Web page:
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Towler v. Electrical Reliability Services, Inc.

United States District Court, N.D. Georgia, Atlanta Division

February 12, 2015

TRAVIS TOWLER, Plaintiff,
v.
ELECTRICAL RELIABILITY SERVICES, INC., Defendant.

ORDER

RICHARD W. STORY, District Judge.

This case comes before the Court on Defendant's Partial Motion to Dismiss, or in the Alternative, for More Definite Statement [4]. After reviewing the record, the Court enters the following Order.

Background[1]

This case arises out of Plaintiff U.S. Army Sergeant First Class Travis Towler's termination by his former employer, Defendant Electrical Reliability Services, Inc. Plaintiff alleges that Defendant improperly discriminated against him based on his military service in violation of 38 U.S.C. § 4311. (Compl., Dkt. [1] ¶¶ 26-29.)

Plaintiff has been an active member of the U.S. Army and National Guard for the past fifteen years. (Id. ¶ 9.) He serves as a medic attached to the HHC 2-121 IN. (Id.) In February 2008, Plaintiff began working for Defendant as a Shop Technician.[2] (Id. ¶¶ 6, 10.) Plaintiff alleges he was the lowest paid technician at the Defendant's Atlanta facility, even though he had more experience than some of his higher earning co-workers. (Id. ¶ 12.) From 2009 to April 2010, Plaintiff left his position as Shop Technician to serve in Afghanistan. (Id. ¶ 11.) Upon his return from Afghanistan, Plaintiff was not granted promotions or pay raises that were granted to similarly situated employees and that were due to him during his service abroad. (Id.) In a formal evaluation dated August 2012, Defendant wrote that Plaintiff's military service was "holding him back." (Id. ¶ 12.)

Early in January 2014, Plaintiff notified Ken Evans, Sr. Engineer and his onsite Atlanta supervisor, that he would take unpaid leave on Thursday, January 9, 2014 and Friday, January 10, 2014 to attend a three day drilling unit training exercise for the Georgia National Guard. (Id. ¶ 14.) Mr. Evans granted Plaintiff time off to attend the training. (Id.)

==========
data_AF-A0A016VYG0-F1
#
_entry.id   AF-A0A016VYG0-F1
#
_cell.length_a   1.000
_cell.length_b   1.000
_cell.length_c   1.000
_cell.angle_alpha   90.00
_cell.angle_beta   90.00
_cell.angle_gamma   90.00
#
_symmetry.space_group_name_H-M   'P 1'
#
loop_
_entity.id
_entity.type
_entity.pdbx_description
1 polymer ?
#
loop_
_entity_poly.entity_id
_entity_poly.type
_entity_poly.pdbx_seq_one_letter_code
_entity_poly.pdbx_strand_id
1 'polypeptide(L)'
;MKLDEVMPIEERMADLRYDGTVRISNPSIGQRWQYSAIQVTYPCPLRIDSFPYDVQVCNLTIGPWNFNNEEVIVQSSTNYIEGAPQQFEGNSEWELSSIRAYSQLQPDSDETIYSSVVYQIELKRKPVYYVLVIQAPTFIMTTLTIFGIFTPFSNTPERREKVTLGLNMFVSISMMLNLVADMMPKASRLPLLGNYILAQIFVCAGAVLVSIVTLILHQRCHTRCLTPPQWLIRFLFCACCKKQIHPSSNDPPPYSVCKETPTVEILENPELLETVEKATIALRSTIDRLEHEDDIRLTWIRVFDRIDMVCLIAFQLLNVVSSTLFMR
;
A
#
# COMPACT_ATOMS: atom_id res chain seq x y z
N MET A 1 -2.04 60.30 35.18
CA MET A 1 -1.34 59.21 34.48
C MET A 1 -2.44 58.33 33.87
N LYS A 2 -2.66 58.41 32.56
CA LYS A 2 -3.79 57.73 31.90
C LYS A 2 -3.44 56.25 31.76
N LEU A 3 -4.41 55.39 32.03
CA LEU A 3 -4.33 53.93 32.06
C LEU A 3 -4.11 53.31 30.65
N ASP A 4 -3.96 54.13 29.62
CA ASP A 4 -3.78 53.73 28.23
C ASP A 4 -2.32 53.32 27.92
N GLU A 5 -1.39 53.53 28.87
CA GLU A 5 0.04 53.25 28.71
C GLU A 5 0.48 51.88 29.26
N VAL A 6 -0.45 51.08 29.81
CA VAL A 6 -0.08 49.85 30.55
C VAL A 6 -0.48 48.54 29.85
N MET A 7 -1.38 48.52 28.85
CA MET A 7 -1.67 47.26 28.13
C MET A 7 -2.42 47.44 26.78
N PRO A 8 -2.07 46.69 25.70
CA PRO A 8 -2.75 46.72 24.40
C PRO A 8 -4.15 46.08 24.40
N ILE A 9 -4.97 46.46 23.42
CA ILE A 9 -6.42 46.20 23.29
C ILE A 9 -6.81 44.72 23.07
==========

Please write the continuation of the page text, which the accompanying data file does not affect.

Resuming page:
During the first day of training on January 10, 2014, Plaintiff learned that he would be deployed to a U.S. Army training mission in Guatemala "from until April 6, 2014."[3] (Id. ¶ 17.) On Sunday, January 12, 2014, Plaintiff informed his formal supervisor, Gustavo Gonzales, of his upcoming U.S. Army deployment via email.[4] (Id. ¶ 18.)

The next day Defendant terminated Plaintiff's employment, alleging that Plaintiff violated company policy by being absent for three or more scheduled work days without reporting an acceptable explanation for the absence to his or her supervisor. (Id. ¶ 19.) Defendant considered Thursday, January 9, 2014, Friday, January 10, 2014, and Monday, January 13, 2014, as unapproved absent days. (Id. ¶ 20.)

Plaintiff contends that he was illegally terminated because he informed his supervisors of his leave and because his military absence is protected by law. (Id. ¶ 19.) Plaintiff further alleges that his termination and Defendant's refusal to provide Plaintiff with promotions, raises, and bonuses during the course of his employment was based upon his absences due to military deployment all in violation of the Uniformed Services Employment and Reemployment Rights Act ("USERRA, " 38 U.S.C. §§ 4301 et seq. ). (Id. ¶¶ 28-29.)

Moreover, Plaintiff asserts that Defendant's actions are in contradiction to the Defendant's Employee Handbook, which requires the company to pay the difference between the individual's base pay and military compensation up to ten working days per year for temporary military leave and a maximum of six months per year for active duty. (Id. ¶ 23-24.) Plaintiff alleges Defendant failed to pay Plaintiff the promised difference between his base pay and military compensation from April 2010 to January 2014. (Id. ¶ 25.)

Based on the foregoing allegations, Plaintiff brings claims for violation of 38 U.S.C. § 4311 and seeks reasonable attorneys' fees, costs, expert witness fees, and other litigation expenses pursuant to 38 U.S.C. § 4313(h)(2).

Defendant moves for a Partial Motion to Dismiss, or in the Alternative, for More Definite Statement. ("Def.'s Mot. to Dismiss", Dkt. [4].) The Court first considers Defendant's Motion to Dismiss, then turns to its alternative Motion for a More Definite Statement.

Discussion

I. Motion to ...


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